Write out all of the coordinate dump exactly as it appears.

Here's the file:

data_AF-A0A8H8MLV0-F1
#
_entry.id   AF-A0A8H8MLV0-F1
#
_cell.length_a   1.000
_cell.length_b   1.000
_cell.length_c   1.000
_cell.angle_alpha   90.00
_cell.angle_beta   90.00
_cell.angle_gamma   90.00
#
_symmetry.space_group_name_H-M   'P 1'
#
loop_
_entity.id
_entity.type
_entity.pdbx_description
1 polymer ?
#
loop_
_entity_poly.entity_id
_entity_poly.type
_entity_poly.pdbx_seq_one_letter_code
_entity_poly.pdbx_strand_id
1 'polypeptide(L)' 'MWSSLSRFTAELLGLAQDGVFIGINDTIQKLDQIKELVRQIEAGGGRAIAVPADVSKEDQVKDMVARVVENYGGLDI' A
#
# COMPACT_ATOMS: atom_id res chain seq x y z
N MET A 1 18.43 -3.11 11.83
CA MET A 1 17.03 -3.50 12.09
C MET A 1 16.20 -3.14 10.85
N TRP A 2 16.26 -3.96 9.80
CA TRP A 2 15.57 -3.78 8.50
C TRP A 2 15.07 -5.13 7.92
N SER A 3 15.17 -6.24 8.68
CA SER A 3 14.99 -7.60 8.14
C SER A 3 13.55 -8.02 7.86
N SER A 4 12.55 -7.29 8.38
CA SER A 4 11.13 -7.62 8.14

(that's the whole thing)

data_AF-A0A8H8MLV0-F1
#
_entry.id   AF-A0A8H8MLV0-F1
#
_cell.length_a   1.000
_cell.length_b   1.000
_cell.length_c   1.000
_cell.angle_alpha   90.00
_cell.angle_beta   90.00
_cell.angle_gamma   90.00
#
_symmetry.space_group_name_H-M   'P 1'
#
loop_
_entity.id
_entity.type
_entity.pdbx_description
1 polymer ?
#
loop_
_entity_poly.entity_id
_entity_poly.type
_entity_poly.pdbx_seq_one_letter_code
_entity_poly.pdbx_strand_id
1 'polypeptide(L)' 'MWSSLSRFTAELLGLAQDGVFIGINDTIQKLDQIKELVRQIEAGGGRAIAVPADVSKEDQVKDMVARVVENYGGLDI' A
#
# COMPACT_ATOMS: atom_id res chain seq x y z
N MET A 1 18.43 -3.11 11.83
CA MET A 1 17.03 -3.50 12.09
C MET A 1 16.20 -3.14 10.85
N TRP A 2 16.26 -3.96 9.80
CA TRP A 2 15.57 -3.78 8.50
C TRP A 2 15.07 -5.13 7.92
N SER A 3 15.17 -6.24 8.68
CA SER A 3 14.99 -7.60 8.14
C SER A 3 13.55 -8.02 7.86
N SER A 4 12.55 -7.29 8.38
CA SER A 4 11.13 -7.62 8.14